Maine MEP Helps Rockport Company Get Lean
ROCKPORT, ME - Attending a recent Lean 101 workshop presented by personnel from the Maine Manufacturing Extension Partnership really opened the eyes of Kirby Kramer, vice president of finance and operations at CedarWorks Playsets of Rockport.
“While I am usually cynical about bringing in consultants, I was really impressed with the Maine MEP’s Lean Manufacturing concept and felt there were opportunities for improvement in our manufacturing facility,” said Kramer.
“The owners and management at CedarWorks Playsets have a philosophy of always looking for better ways to do things while constantly improving customer service and the quality of our products,” Kramer added. “I got the impression Lean implementation would fit right into our culture.”
As it turns out, Kramer was right. In addition to implementing Lean techniques into the company’s manufacturing facility, MEP’s project manager Jon Kirsch later involved CedarWorks’ sales and customer service personnel in the program.
“We now find ourselves looking critically at all our business activities,” Kramer said, “and applying Lean Manufacturing thinking as we work to implement additional improvements in our operations and in the playsets we sell all over the world.”
“CedarWorks is a perfect example of what often happens when a company becomes involved in the concept of Lean Manufacturing techniques,” said Rod Rodrigue, president of the Maine MEP.
“Company officials usually start out thinking Lean is only viable in manufacturing situations,” Kirsch added, “but they quickly learn Lean is process oriented and can be applied to almost any aspect of a company’s day-to-day business operations.”
Kramer certainly agrees. “I was amazed at how much our people throughout the company got involved in the Lean techniques and how much they got out of it,” he said. “We got assistance from employees who never took part in anything like this before, and they did a great job in moving the process forward.”
CedarWorks was founded in 1981 as a regional manufacturer of swing sets, playsets and cedar fencing. Duncan Brown purchased the company in 1988, and the business quickly became a family affair as his wife, Susan, assisted in the marketing and general management of the business. The couple’s son, Barrett, joined CedarWorks in 1997 and was named president in 2000. He has continued their commitment to superior customer service and building the strongest and safest playsets on the market.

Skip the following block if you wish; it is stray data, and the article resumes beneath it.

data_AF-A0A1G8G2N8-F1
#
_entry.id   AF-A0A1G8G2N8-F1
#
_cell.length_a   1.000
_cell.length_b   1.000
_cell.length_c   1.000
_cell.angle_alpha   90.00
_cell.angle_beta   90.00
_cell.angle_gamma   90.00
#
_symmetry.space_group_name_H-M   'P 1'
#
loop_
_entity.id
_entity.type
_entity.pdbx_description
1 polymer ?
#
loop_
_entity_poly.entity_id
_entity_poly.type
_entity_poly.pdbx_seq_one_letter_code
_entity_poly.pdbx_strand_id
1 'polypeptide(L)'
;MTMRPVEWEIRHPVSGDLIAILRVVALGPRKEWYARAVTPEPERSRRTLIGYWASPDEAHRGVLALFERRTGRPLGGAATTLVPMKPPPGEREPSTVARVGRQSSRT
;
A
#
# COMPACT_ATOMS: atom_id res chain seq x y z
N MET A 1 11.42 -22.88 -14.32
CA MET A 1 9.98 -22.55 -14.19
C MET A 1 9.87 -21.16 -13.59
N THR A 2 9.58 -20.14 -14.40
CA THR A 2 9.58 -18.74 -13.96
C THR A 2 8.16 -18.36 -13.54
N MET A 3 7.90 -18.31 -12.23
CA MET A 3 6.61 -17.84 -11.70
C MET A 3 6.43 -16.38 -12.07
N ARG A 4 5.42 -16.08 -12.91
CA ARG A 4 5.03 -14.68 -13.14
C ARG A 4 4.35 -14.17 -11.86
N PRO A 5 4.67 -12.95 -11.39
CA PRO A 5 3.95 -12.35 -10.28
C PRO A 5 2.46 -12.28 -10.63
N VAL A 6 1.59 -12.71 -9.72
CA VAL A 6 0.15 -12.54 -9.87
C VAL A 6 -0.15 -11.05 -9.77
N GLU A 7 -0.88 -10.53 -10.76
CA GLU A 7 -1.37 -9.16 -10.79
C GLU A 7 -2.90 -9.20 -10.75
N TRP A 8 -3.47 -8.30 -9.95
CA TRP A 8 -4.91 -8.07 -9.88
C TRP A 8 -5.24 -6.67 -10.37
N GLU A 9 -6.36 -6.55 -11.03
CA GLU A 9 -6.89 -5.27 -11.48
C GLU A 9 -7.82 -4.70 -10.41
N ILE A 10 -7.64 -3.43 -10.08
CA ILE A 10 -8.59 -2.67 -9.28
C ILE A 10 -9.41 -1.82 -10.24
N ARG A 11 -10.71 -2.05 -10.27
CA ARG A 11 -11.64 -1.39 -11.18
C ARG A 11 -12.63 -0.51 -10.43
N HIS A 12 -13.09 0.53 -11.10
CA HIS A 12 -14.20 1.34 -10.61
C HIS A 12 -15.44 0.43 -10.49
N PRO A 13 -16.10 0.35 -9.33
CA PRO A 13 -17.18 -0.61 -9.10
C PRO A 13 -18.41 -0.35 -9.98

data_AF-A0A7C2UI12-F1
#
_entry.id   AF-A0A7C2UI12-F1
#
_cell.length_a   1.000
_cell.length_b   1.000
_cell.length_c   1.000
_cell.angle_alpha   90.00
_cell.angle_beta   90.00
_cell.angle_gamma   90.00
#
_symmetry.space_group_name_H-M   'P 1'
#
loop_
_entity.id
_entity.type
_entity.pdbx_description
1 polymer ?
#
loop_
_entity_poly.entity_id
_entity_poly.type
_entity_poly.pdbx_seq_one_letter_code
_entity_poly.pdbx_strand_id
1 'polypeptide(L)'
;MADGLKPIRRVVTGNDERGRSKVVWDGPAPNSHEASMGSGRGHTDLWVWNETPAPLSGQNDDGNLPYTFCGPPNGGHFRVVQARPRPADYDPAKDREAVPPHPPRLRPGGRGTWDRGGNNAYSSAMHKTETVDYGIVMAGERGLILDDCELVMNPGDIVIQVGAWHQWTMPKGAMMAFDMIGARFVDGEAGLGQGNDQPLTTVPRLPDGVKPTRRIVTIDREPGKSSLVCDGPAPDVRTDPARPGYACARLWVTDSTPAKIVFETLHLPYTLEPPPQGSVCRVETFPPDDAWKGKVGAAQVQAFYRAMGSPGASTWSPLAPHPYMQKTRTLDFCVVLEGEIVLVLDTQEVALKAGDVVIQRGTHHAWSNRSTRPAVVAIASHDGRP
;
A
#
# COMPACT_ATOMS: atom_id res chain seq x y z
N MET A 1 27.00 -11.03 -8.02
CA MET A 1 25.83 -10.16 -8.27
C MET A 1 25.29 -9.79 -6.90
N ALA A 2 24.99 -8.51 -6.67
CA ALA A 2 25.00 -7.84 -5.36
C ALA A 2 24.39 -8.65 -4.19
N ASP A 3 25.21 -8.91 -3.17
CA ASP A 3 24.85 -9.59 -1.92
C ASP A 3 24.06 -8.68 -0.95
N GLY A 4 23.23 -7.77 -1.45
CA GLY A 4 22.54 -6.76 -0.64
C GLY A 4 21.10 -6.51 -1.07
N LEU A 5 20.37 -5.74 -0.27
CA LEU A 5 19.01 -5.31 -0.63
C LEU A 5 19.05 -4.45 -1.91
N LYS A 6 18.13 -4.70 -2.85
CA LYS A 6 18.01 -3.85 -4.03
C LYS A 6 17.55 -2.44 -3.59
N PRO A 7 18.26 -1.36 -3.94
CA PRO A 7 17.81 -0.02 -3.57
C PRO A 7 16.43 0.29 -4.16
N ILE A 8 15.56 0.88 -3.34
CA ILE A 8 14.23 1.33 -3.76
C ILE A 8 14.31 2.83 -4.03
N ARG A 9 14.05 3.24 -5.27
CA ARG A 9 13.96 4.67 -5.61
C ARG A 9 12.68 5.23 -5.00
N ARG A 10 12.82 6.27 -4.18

CedarWorks’ product line has grown from two basic climbing structures to three play-system product lines with 15 structures and numerous accessories. Sales have also expanded greatly and CedarWorks now sells swing sets and furniture to families in all 50 states and 20 foreign countries.
An ISO-certified company, CedarWorks has embraced the Lean concepts and has implemented several changes since MEP project managers worked with the company during the past two years.
“I can’t say enough about the people at the Maine MEP,” said Kramer. “They were excellent at facilitating our group. They never lectured us. Instead, they allowed the group to solve problems on their own. The project managers were never condescending, they never denigrated anyone for making a suggestion and they worked to draw out collective solutions.”
Some of the solutions were simple, some complex. However, all translated into savings of time and money.
For example, one Lean exercise revealed a supplier was delivering cedar that resulted in 50 percent waste, and it was discovered the workflow in the grading area resulted in excess material and employee travel.
Working with MEP’s project managers, the issue concerning the supply of bad wood was resolved. This increased the first-pass yield of the wood grading process by about 20 percent. Improvement in the grading area reduced personnel travel distance from 20,562 feet to 6,256 feet per day - a 70 percent decrease, which is equal to a reduction of 2.7 miles per day. “That translates to 45 minutes a day in savings,” Kramer pointed out. “We also increased our usable space in that area by 580 square feet by removing materials and equipment that were not being used.”
Finally, a Value Stream Mapping of the sales and customer service processes revealed potential savings of one person year.
“Lean has certainly helped our operation,” Kramer said, “but in the heat of battle it’s easy to slip back into the old ways. I intend to use MEP personnel for remedial sessions to ensure that we are doing what we said we would and to make sure the Lean program continues to be productive.”
The Maine MEP is an affiliate of the NIST under the U.S. Department of Commerce. The national MEP is a network of manufacturing extension centers that provide business and technical assistance to smaller manufacturers in all 50 states, the District of Columbia and Puerto Rico. Through MEP, manufacturers have access to more than 2000 manufacturing and business “coaches” whose job is to help firms make changes that lead to greater productivity, increased profits, and enhanced global competitiveness. For more information on the Maine MEP program call 1-800-637-4634.